Farm Management

A new tool to make fertiliser calibrations easier

sugar-cane-field

Sugar Research Australia (SRA) has developed a new online tool called CogCalibratorTM to make life easier for sugarcane growers when calibrating their cog-driven fertiliser applicators.

SRA Adoption Officer, Mr Gavin Rodman, said calibrating a fertiliser applicator is a necessary component of efficient fertiliser nutrient management, but it can also be a mundane and repetitive task.

“Calibration is an essential activity each year, because even though growers may be using the same fertiliser blend as they did in 2017, the consistency and size of granules will vary from year to year,” Mr Rodman said. “In addition, different granule sizes and mixtures will flow at different rates, so when changing fertilisers, a calibration should be conducted prior to application.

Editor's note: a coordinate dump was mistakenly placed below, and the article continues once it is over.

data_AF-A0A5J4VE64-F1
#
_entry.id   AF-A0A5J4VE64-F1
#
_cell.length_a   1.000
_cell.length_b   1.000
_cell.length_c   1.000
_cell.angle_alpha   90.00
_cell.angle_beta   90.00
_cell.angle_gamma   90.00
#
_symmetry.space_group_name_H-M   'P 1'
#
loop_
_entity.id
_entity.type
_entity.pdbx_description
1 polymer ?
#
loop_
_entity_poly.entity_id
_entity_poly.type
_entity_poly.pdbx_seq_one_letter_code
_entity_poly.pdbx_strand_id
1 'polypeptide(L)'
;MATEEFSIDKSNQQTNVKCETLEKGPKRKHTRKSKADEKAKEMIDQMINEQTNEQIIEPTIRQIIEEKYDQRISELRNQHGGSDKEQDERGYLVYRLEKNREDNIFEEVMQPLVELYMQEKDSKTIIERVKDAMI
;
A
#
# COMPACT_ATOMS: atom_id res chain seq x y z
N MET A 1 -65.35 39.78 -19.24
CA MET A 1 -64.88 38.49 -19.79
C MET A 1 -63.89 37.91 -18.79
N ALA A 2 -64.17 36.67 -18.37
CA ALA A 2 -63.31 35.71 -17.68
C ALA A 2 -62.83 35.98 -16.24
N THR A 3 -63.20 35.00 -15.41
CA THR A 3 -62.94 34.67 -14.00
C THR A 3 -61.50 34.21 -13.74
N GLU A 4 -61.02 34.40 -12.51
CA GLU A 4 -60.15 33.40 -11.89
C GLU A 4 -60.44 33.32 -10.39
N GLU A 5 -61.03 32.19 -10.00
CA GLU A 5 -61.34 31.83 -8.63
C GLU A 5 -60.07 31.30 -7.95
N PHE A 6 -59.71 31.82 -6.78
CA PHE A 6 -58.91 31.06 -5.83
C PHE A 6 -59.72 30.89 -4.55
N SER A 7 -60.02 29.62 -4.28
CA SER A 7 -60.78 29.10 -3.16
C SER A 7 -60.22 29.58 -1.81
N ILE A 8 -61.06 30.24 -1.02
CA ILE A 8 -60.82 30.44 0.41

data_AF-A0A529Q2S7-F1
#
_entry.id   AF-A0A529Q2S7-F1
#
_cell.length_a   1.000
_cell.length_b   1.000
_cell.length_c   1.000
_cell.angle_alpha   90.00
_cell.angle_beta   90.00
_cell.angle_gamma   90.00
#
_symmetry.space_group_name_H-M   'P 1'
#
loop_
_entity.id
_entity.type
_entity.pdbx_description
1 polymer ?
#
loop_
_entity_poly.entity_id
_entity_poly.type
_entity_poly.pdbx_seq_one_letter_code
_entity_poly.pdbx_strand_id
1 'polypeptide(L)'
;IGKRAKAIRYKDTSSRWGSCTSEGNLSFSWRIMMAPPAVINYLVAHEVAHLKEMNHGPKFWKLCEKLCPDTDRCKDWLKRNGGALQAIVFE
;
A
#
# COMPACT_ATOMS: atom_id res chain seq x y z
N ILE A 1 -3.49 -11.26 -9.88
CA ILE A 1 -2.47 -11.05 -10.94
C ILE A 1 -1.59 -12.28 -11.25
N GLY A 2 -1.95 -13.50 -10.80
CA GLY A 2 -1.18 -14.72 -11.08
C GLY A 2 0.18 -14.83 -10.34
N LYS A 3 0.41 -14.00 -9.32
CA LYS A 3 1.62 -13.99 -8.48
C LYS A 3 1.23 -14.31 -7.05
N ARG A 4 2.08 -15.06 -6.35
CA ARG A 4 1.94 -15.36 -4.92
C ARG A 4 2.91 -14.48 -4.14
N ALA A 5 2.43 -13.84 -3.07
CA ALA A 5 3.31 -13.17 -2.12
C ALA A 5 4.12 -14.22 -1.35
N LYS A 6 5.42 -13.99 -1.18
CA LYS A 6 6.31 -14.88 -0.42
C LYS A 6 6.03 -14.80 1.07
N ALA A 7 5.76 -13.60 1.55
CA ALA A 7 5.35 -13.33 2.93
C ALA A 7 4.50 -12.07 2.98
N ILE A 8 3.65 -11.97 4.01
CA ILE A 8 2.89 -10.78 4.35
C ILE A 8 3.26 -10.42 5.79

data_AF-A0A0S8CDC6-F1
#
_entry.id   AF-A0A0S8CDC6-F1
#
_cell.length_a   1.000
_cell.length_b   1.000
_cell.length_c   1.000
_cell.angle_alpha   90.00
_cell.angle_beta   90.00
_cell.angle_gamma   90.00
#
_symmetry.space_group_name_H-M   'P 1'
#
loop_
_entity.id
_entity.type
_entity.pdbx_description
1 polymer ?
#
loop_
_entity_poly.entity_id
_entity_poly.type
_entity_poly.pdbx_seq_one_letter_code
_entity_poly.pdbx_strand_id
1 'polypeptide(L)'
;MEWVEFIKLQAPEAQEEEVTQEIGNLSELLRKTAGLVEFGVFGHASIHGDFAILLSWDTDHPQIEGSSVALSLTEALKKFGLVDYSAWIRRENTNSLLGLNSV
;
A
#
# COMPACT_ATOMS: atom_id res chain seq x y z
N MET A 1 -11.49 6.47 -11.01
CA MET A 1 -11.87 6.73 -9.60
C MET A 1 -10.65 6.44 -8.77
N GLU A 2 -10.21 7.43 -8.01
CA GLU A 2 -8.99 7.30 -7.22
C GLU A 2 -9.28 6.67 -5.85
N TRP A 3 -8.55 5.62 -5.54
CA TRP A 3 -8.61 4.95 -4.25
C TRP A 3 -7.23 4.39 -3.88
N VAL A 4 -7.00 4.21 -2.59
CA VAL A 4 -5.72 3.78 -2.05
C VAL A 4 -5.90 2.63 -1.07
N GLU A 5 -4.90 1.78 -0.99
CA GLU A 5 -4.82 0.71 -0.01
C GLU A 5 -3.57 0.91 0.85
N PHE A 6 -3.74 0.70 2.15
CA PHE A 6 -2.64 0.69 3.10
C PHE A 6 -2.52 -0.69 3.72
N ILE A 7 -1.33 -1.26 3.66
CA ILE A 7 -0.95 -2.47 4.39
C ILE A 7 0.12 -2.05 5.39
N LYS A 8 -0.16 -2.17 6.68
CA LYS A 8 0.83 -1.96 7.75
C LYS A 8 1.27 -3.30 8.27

“It is critical to ensure all nutrients are supplied as per the SIX EASY STEPS® nutrient management guidelines to ensure a balanced nutritional program and to give the crop the best chance of reaching its potential and to minimise any potential impacts on water quality.”

Calibrating a fertiliser applicator ensures that growers know how much fertiliser is being applied, which can assist with fertiliser orders.

With the price of urea currently around $550 ex GST per tonne, a calibration that refines the application of urea by 50 kg/ha could lead to a saving of about $27.50 per hectare, with the possibility of blended products resulting in greater savings due to their higher costs.

“With sugar prices depressed, getting ordering and application of fertilisers correct helps with avoiding unnecessary expenses,” Mr Rodman said.

Another reason to calibrate your fertiliser applicator is to comply with legislation. Under the Environmental Protection Act 1994 (QLD), all Queensland sugarcane growers are required to keep records of soil tests, use of fertilisers and use of agricultural chemicals. This includes calibration results.

“CogCalibratorTM is a new online tool to help make this task simpler. It doesn’t remove the need to collect fertiliser in a bucket over a specified distance, but it does assist with the rate and cog configuration calculations.”

Source: Sugar Research Australia

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